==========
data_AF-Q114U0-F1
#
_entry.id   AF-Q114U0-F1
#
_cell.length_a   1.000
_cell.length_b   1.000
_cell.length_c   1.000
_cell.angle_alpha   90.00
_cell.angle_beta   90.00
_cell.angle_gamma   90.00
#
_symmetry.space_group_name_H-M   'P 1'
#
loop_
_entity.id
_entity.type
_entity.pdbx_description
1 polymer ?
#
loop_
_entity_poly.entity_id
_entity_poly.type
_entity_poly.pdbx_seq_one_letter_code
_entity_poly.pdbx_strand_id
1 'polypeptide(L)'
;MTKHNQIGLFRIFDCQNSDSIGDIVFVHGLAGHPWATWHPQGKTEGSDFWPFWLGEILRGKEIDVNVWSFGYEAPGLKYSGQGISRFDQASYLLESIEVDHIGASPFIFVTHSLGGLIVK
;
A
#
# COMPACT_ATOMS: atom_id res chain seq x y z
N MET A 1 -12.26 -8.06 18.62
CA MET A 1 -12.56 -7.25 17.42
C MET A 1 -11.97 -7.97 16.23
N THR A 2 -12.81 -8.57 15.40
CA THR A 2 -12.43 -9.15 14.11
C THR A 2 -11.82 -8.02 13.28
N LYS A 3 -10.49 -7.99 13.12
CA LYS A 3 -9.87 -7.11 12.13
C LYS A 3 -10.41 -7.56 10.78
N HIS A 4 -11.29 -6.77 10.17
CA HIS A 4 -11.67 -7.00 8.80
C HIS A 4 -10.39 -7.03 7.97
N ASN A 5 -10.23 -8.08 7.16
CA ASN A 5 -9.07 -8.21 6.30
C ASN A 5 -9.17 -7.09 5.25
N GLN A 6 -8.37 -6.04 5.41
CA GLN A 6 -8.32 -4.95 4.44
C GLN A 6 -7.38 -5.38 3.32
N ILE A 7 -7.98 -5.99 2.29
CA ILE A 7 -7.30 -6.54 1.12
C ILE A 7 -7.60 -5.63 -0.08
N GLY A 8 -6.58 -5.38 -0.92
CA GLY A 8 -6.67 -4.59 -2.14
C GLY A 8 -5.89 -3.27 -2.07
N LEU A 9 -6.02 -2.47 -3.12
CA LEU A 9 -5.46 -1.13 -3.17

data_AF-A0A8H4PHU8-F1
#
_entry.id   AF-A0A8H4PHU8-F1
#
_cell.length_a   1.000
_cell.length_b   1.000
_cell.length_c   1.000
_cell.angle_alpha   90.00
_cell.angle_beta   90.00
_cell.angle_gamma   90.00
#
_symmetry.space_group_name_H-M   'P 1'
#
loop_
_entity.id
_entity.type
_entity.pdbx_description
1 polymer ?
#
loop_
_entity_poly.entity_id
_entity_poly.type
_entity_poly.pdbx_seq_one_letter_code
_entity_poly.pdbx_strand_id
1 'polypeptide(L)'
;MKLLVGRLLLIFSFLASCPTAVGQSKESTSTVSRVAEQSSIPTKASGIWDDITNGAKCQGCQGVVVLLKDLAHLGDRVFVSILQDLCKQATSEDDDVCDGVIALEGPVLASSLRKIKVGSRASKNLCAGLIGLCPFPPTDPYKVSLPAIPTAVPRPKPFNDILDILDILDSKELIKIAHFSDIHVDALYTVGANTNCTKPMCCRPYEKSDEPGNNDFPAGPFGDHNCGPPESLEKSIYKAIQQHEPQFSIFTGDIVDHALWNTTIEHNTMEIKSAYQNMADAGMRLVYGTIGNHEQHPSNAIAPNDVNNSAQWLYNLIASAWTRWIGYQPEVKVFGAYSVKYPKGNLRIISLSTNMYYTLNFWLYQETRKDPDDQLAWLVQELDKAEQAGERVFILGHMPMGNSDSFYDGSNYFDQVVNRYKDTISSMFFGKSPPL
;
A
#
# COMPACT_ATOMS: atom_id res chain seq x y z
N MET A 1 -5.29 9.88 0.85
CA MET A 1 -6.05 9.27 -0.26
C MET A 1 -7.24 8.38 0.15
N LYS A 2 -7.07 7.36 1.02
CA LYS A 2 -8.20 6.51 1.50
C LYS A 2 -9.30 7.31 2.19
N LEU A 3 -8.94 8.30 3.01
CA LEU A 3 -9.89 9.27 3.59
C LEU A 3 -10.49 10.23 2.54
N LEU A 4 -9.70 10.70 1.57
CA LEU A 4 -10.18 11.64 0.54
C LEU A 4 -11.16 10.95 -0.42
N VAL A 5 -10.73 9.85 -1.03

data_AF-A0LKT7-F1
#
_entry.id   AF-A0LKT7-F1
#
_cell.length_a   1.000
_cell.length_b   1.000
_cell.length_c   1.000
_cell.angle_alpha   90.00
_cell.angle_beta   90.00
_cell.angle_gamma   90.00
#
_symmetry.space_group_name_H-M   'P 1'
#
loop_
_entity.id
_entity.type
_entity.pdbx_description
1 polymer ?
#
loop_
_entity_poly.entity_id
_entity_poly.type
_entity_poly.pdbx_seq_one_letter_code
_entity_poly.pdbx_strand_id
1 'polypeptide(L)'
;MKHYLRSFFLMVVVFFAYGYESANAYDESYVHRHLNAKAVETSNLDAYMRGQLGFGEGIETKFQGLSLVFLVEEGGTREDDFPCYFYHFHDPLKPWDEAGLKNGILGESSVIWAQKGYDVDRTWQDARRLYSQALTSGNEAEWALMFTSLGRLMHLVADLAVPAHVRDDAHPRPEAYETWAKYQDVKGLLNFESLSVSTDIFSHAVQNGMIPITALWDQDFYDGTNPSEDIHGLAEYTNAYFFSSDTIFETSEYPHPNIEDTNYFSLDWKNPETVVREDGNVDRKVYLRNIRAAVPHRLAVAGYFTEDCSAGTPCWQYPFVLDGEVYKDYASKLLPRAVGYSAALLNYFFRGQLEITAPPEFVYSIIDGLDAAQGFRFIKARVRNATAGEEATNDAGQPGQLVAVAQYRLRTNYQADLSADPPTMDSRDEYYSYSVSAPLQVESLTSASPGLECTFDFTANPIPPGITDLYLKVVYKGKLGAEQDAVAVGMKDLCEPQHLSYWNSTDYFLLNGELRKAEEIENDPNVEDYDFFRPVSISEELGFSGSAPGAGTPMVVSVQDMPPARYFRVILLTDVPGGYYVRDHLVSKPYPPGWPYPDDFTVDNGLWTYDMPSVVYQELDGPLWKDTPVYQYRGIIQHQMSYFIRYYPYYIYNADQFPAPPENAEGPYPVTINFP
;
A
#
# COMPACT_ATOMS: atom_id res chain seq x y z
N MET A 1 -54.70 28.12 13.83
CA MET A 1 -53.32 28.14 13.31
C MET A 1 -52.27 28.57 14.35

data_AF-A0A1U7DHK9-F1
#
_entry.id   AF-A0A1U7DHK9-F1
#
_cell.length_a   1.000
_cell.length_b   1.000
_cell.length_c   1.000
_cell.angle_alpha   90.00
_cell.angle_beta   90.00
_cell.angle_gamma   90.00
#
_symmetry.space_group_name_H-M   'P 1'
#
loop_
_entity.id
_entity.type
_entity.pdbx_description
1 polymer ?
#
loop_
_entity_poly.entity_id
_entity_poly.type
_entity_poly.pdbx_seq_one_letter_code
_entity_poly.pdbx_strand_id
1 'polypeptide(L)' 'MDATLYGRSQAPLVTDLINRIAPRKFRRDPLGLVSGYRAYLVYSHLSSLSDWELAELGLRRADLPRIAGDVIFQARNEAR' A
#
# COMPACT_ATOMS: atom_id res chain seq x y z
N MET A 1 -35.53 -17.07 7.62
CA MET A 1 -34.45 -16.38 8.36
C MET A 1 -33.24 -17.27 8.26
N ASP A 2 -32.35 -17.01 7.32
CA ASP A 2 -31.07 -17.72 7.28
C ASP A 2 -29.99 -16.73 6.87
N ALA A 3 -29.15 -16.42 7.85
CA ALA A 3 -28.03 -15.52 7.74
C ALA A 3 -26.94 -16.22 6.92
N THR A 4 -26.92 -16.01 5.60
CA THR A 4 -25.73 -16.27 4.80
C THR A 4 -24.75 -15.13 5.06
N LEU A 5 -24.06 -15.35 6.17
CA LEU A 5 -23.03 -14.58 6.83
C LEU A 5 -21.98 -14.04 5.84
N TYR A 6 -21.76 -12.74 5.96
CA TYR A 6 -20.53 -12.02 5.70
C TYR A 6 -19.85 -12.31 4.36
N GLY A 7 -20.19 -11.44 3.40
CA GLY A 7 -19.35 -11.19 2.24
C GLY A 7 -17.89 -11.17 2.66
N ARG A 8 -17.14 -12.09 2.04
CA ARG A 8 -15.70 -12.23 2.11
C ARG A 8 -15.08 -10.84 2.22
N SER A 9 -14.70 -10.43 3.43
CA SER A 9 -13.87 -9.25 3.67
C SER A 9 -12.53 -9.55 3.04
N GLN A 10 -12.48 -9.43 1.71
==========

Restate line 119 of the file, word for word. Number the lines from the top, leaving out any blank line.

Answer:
loop_